Over seven million disabled people in the UK are being prevented from getting jobs or reaching their full potential.
Over seven million disabled people in the UK are being prevented from getting jobs or reaching their full potential by employers and recruitment providers who are imposing a ‘glass ceiling’ upon them according to a DWP Disability Steering Group.
The steering group, whose members are from high profile government departments and multi-billion pound companies including E.ON Energy and BT PLC have called for other employers to rethink their attitude towards disabled people.
The group are also encouraging employers to sign up to Clearkit - an online resource, developed by employers, which helps identify and remove barriers in the recruitment of disabled people (www.clearkit.co.uk). The aim is to sign up 1,000 organisations to the resource by October so that 500 more businesses make their recruitment practices fairer for disabled people.
Minister for Disabled People, Maria Miller said:
Almost 50% of disabled people are out of work and those that are often work far below their potential. That is why I am urging employers to look hard at their recruitment and work practices to make sure they don’t miss out on the extensive talents of disabled people.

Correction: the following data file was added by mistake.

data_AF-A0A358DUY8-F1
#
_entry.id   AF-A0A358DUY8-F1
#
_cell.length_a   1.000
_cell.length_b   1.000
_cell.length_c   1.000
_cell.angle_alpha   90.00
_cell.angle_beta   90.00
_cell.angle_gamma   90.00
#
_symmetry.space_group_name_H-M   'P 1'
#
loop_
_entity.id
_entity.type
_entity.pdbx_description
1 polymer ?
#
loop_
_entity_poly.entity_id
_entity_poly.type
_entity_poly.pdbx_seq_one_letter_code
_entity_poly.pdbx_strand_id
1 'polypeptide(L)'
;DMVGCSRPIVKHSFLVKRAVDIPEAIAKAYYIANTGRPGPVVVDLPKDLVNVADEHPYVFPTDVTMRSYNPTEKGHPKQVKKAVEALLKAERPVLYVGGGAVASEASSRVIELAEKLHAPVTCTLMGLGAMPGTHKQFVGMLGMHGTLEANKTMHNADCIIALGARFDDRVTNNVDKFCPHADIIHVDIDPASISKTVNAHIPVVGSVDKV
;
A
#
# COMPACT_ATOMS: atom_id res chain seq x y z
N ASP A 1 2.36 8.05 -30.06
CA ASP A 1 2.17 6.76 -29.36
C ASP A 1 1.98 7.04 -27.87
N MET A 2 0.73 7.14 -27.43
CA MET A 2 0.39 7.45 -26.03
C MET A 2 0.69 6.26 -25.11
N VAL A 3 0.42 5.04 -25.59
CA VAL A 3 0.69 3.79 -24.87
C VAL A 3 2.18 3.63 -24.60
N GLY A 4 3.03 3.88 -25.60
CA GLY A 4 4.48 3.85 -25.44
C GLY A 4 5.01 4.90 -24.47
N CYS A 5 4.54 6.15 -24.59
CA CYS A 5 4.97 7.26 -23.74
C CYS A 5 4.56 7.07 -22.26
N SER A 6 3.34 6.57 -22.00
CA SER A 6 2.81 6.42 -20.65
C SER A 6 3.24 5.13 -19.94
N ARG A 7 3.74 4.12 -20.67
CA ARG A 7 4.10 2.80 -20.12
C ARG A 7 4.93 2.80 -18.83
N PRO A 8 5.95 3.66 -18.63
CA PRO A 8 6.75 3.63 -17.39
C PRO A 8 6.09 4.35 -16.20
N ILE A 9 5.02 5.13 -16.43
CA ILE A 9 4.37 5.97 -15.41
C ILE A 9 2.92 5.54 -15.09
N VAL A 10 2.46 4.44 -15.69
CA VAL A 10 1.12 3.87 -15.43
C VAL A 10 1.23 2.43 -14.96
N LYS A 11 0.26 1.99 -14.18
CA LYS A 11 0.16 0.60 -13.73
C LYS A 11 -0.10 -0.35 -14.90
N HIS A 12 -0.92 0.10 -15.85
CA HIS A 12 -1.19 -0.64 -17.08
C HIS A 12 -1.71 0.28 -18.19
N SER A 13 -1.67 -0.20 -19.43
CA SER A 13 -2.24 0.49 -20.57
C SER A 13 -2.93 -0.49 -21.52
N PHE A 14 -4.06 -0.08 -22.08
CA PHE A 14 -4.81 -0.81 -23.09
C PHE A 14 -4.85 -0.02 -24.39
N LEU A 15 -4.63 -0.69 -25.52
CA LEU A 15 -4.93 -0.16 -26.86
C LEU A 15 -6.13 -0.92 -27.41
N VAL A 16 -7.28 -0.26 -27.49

James Partridge, Chair of the DWP Disability Employer Engagement Steering Group said:
We, as employers, should not judge a person’s suitability for a role based on their disability. We should instead look at each individual’s ability and focus on what they can bring to our organisations if we provide the support, which in most cases is just about being flexible.
Sue LaVerne, E.ON Energy Solutions, HR Director says:
At E.ON each of our employees - whether they are disabled or not - brings enthusiasm and dedication to the role they do, so we see no reason why our disabled employees should not have the same opportunities and career progression as their non-disabled colleagues.
All of the employers who make up the steering group have pledged their commitment to providing disabled people with equal employment opportunities through initiatives like Clearkit.